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Wood v. Harmon

November 21, 1952

WOOD
v.
HARMON



Waddill

WADDILL, Commissioner. This action was brought by appellant, Mrs. Lora Wood, against appellee, Judson Harmon, to recover damages for an alleged malicious prosecution. A jury decided for appellee, Harmon. Appellant seeks a reversal of the judgment urging that she was entitled to a directed verdict in her favor and that the evidence is insufficient to support the verdict of the jury.

The action is predicated upon the allegation that appellee maliciously and without probable cause appeared before the grand jury of McCreary County, Kentucky, and testified falsely against appellant and procured other witnesses to appear and testify against her, thereby causing the grand jury to indict her for the offense of counterfeiting a mortgage, a felony denounced by KRS 434.130.

The first event leading to the present litigation occurred when appellant appeared at a judicial sale and announced that she held a mortgage against the land of her husband being offered for sale and that any one purchasing the property would buy themselves a lawsuit. The property had been ordered to be sold to satisfy a judgment held by appellee.

Later, appellee conducted an investigation concerning appellant's mortgage and was informed by the notary public who took the acknowledgment appearing on the mortgage that he did not notarize the instrument on August 16, 1948, the date shown by the notary certificate on the instrument. The notary gave appellee an affidavit that his records reflected that the mortgage from C. D. Wood and Evadine Wood to Lora Wood was produced and notarized by him on April 6, 1949.

At the August Term, 1949, of the McCreary Circuit Court, the appellee related to the Commonwealth's Attorney the information he had concerning the mortgage. The Commonwealth's Attorney made an independent investigation of the matter and then directed appellee to appear before the grand jury. As a result of the testimony of appellee and others who appeared before the grand jury, appellant was indicted for fraudulently counterfeiting a mortgage. However, when placed upon trial she was acquitted.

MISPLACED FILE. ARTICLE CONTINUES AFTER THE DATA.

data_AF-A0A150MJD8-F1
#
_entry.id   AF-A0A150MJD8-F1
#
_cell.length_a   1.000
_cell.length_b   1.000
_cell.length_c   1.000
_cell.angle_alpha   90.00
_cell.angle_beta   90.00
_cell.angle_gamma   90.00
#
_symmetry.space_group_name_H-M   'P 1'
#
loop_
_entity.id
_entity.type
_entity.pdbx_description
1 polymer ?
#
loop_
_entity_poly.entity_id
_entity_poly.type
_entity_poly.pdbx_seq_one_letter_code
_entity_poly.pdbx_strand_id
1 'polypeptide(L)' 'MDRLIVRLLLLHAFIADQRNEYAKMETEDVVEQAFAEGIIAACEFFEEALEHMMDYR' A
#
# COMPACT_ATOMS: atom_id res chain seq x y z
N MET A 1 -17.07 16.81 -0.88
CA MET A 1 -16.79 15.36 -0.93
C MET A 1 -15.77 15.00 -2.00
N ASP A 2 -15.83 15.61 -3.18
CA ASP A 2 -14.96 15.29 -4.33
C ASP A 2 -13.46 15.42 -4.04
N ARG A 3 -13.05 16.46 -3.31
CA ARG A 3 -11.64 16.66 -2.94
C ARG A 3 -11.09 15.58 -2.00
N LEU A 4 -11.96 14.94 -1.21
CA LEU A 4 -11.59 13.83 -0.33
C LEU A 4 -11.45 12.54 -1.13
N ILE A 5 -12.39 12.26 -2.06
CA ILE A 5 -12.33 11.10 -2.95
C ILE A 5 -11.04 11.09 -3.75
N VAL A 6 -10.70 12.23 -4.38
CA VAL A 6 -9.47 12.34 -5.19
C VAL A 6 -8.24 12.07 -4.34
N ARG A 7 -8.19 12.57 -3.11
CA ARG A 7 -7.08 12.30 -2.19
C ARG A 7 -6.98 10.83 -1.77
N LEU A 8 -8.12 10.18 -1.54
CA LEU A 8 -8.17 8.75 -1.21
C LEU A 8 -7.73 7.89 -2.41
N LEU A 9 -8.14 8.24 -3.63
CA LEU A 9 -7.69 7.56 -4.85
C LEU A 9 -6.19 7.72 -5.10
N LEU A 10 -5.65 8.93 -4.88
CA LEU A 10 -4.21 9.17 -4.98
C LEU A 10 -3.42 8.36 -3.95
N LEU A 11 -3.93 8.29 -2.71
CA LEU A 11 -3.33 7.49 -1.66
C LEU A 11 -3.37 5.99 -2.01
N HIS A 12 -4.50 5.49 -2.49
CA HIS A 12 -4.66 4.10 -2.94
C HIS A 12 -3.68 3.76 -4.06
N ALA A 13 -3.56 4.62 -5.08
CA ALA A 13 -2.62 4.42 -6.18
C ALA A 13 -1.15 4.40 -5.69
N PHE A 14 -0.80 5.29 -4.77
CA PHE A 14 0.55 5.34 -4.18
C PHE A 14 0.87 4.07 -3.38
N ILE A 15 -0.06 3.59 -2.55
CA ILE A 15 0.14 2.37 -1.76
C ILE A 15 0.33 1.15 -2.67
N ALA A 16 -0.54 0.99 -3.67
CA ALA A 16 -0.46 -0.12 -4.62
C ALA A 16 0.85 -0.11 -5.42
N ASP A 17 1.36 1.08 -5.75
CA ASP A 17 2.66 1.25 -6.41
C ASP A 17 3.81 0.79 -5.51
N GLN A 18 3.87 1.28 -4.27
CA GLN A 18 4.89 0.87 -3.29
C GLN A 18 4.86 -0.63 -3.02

We have many cases holding that if one, before instituting criminal proceedings, has fairly and fully laid all the facts before a competent attorney and has obtained his advice that the proposed prosecution is proper and legal and then in good faith acts accordingly, it constitutes a good defense to an action of malicious prosecution. Harter v. Lewis Stores, Inc., Ky., 240 S.W.2d 86; Lexington Cab Co. v. Terrell, 282 Ky. 70, 137 S.W.2d 721; Emler v. Fox, 172 Ky. 290, 189 S.W. 469; and cases found in Vol. 13, West's Kentucky Digest under the subject of Malicious Prosecution, k21, 22; also see Restatement of the Law, Torts, Section 666. This is true even though the attorney may be in error in his advice. Baber v. Fitzgerald, 311 Ky. 382, 224 S.W.2d 135; Figuccion v. Prudential Ins. Co., 273 Ky. 287, 116 S.W.2d 291.

Under the evidence adduced we are of the opinion that the court should have given a peremptory instruction in favor of appellee. Louisville & N. R. Co. v. Sharp, 282 Ky. 758, 140 S.W.2d 383; Hogg v. Lorenz, 234 Ky. 751, 29 S.W.2d 17; Schott v. Indiana Nat. Life Ins. Co., 160 Ky. 533, 169 S.W. 1023, Ann.Cas.1916A, 337; Bruce v. Scully, 162 Ky. 296, 172 S.W. 530; Dunn v. Deskins, 163 Ky. 689, 174 S.W. 501.

Judgment affirmed.

19521121

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